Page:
“Watch your back, shoot straight, conserve ammo and never, ever cut a deal with a dragon.”
Those are the words that every shadowrunner knows by heart. To some they were the first words that greeted them when they cracked open a rule book or looked on the back cover. To others they form a mantra.
Those last 8 words are also absolutely true.
To a teenage mind, those words were like a fishhook. Shooting? Ammo? Dragons? How could you stay away? Imagine The Matrix, if Trinity was an elf and the machines were some kind of omnipotent megacorporation. Imagine trolls on motorcycles. Imagine if Smaug ran Halliburton. Imagine if Lord of the Rings had guns and cybernetic body parts.
We’d be screwed. So very, very screwed.
That’s a hell of a premise, one that that Shadowrun pays off in spades. For the unawakened, Shadowrun takes place sometime between 2050 and 2070. The future is not a pretty place. If the cyberpunk dystopia wasn’t enough, in this future mankind has experienced something called The Awakening, and with it, goblinization. Magic has returned the world and it wasted no time in screwing everything up. Dragons show up (naturally), mages start popping up all over the place and people discover very personally and traumatically that their ancestors might not have been as human as they’d believed.
The titular shadowrunners are a varied bunch; mercenaries for hire, information runners, smugglers and fencers. People with little to lose and a whole lot to gain who aren’t afraid of doing dangerous things and dealing with powerful organizations. They live in the shadows off the grid, dodging the incorporated police force known as Lone Star and taking contracts where they can. Occasionally, their employers actually hold up their side of the bargain.
Teams of them consist of a myriad of personalities and talents, some of which include the famous, bushido-obsessed street samurai, magic-wielding shamans or mages, hackers and riggers who send their consciousness directly into the internet or into their vehicles, shapeshifters and more.
It's like The Breakfast Club, except with elves, mercenaries and a lot more people die.
You can see, quickly, how such a premise would make for an awesome video game.
After watching the trailer, all I can feel is excitement. It’s clear from the design, the game systems, the characters and the dialogue that Harebrained Schemes knows the world they’re building, knows the audience they’re catering to and actually, genuinely cares about it all.
Thankfully Harebrained Schemes is here to unfuck the property.
When I first heard about it, I was skeptical, but little could be worse than the digital abortion that was 2007’s Shadowrun. I’d always pictured the perfect Shadowrun game as a sort of Grand Theft Auto clone with a strong co-op centric focus. You could have your street samurai and mercs mixing it up in the streets while your riggers offer support from remote controlled attack drones. Mages would keep the area nice and on fire and hackers would function in a sort of Watch Dogs style capacity, turning street lights against the authorities, hacking bridges and unlocking doors or gates.
Sadly that’s not a vision that the current market seems willing to support, and I approached the first look with cautious hope. What I found was something amazing.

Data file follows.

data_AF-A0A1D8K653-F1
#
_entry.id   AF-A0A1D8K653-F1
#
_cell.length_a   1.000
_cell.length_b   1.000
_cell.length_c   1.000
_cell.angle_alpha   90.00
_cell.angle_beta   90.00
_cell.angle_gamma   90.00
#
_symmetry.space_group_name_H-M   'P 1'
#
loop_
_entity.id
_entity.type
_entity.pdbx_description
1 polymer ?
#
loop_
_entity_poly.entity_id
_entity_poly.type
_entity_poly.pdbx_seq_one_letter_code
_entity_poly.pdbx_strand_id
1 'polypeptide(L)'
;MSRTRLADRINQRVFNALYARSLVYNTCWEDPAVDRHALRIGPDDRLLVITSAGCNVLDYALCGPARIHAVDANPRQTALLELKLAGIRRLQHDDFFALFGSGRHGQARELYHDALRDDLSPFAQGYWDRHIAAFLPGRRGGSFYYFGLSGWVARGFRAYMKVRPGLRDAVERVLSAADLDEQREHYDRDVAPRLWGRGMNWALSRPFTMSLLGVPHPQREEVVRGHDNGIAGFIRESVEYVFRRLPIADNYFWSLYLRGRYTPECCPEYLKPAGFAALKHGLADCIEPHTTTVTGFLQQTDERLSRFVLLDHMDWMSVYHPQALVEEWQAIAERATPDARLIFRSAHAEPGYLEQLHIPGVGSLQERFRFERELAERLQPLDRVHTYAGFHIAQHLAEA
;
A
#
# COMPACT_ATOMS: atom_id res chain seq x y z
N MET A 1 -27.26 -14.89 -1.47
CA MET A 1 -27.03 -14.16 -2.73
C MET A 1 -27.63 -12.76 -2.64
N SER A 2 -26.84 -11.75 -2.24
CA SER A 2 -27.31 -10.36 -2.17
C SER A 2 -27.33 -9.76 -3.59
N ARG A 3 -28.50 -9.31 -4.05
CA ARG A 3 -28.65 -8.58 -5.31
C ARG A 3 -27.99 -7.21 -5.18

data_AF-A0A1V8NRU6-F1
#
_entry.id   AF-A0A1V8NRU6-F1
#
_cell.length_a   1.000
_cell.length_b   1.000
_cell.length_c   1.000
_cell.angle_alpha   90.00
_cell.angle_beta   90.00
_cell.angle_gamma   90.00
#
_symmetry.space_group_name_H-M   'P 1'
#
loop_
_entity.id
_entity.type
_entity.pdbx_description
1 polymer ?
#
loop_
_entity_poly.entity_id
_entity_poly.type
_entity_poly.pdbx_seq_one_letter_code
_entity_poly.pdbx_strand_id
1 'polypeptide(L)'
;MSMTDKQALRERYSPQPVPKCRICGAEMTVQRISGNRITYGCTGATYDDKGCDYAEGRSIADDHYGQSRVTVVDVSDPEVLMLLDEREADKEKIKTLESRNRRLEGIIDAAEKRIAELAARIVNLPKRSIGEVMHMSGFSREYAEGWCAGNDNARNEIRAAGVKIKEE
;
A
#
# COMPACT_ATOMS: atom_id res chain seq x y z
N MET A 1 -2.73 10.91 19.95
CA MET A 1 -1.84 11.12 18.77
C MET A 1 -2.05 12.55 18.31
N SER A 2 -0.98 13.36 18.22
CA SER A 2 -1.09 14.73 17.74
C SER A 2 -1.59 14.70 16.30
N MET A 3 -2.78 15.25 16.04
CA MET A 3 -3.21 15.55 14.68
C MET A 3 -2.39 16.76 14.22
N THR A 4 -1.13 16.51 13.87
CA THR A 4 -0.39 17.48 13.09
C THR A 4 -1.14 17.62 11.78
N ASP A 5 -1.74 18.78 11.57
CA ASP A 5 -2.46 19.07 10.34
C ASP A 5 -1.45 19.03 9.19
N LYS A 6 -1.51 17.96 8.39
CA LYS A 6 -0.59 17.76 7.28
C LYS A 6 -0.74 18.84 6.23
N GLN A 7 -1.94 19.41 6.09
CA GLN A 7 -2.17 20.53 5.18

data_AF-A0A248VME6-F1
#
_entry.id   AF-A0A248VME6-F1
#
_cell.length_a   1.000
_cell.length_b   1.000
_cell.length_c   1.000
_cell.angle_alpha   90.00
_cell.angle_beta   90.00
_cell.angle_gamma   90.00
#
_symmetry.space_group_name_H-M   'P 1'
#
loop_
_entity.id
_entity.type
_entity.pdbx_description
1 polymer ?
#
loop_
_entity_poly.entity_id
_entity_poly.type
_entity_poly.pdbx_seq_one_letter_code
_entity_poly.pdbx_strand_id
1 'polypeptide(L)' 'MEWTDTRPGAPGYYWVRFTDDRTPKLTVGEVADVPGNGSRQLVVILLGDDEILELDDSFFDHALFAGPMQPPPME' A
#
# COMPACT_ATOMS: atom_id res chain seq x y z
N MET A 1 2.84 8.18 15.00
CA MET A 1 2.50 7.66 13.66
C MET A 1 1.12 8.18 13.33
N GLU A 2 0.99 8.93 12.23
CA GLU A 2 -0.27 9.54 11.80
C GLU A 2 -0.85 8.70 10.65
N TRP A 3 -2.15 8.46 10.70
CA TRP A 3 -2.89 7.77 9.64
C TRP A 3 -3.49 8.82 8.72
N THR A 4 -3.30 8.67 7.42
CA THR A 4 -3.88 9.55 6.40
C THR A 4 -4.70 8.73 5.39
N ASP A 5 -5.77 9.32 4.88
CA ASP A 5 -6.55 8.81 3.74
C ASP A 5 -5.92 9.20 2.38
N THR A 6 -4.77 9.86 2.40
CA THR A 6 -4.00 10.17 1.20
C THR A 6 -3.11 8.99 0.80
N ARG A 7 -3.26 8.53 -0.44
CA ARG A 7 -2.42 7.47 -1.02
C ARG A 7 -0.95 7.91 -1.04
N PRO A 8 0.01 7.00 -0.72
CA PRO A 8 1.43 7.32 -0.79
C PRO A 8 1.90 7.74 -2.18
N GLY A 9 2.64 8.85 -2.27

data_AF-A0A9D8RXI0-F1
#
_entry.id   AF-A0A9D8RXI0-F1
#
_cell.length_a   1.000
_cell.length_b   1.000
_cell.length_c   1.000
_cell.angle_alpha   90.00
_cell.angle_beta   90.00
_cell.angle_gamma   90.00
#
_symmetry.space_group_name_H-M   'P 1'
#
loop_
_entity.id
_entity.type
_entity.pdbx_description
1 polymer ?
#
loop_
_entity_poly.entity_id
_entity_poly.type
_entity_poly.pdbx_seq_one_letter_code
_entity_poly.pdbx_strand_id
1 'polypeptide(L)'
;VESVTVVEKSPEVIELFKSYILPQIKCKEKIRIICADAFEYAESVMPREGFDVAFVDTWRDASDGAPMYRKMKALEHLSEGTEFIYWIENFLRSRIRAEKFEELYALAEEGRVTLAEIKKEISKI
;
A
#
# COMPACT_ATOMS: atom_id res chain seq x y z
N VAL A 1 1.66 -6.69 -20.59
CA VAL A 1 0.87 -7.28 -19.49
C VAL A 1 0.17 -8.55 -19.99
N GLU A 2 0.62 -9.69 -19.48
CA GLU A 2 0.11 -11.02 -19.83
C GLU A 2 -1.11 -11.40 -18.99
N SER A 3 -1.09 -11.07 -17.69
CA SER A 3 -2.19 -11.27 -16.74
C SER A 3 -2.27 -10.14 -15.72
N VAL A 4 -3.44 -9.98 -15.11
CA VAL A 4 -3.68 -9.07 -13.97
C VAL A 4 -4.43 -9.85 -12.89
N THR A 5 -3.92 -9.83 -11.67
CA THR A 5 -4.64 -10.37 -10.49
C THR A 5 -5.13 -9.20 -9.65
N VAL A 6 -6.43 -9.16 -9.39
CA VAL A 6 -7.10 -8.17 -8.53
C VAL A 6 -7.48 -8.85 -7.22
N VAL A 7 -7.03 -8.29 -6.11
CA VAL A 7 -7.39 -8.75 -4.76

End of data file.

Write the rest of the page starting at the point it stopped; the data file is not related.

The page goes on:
Beyond the clear admiration and love for the original source material, Harebrained Schemes has gone the countless extra miles to satisfy everyone who’s ever played a Shadowrun game in any form. The moment an NPC was revealed as Jake Armitage, protagonist from the 1993 SNES Shadowrun, my jaw hit the floor. He even was sporting the dopey sunglasses he stole for a disguise. When the battle music kicked in, a reimagining of the same game’s combat theme, I was stunned. Then I learned that they’d gotten the composers from both the SNES and Genesis versions to do the soundtrack.
Throw in a robust editor through which the entirety of the actual game was made and you have a product that offers limitless possibilities.
Watch Your Back
My interest in this runs deep. Shadowrun is an important property to me. It’s the game that defines my life and my start as a gamer. It was the first tabletop RPG I’d ever heard of. It wasn’t the first tabletop RPG I played (that honor goes to Mechwarrior 2nd edition) but it was certainly the one I played the most. From hiding in the stairwells at school with my friends to running 13 player games out in Colorado, I can safely say that it’s the one tabletop I grew up with.
The SNES game deserves mention here as well. Despite being a bit liberal with the rules system the game absolutely nailed the atmosphere and setting. For its time, it was groundbreaking. The opening scene of the game showed you being brutally gunned down by a hit squad. You weren’t even a good guy by any sense of the word... Jake Armitage was a Shadowrunner and an information courier. Sure, he could be nice to people, but this was a man who killed people for money. He stole from corporations and hacked bank accounts. He hires other killers to work for him. He doesn’t even go through anything like a redemption story... he’s just out for revenge. Add to that a flat out awesome soundtrack and have a hell of a setup.
Watching that first look Harebrained Schemes released made me grin like a madman. To know that there are talented people in the industry who clearly want to make a game that includes and defines what Shadowrun means to so many different gamers is like a breath of fresh air. Nothing is more depressing than watching your favorite, most beloved property be wrung out, chewed up and pushed around for a cheap money grab. To know that it’s finally getting the attention it deserves is worthy of applause.
Thank you Harebrained Schemes. I can’t wait to see what you can do.view gallery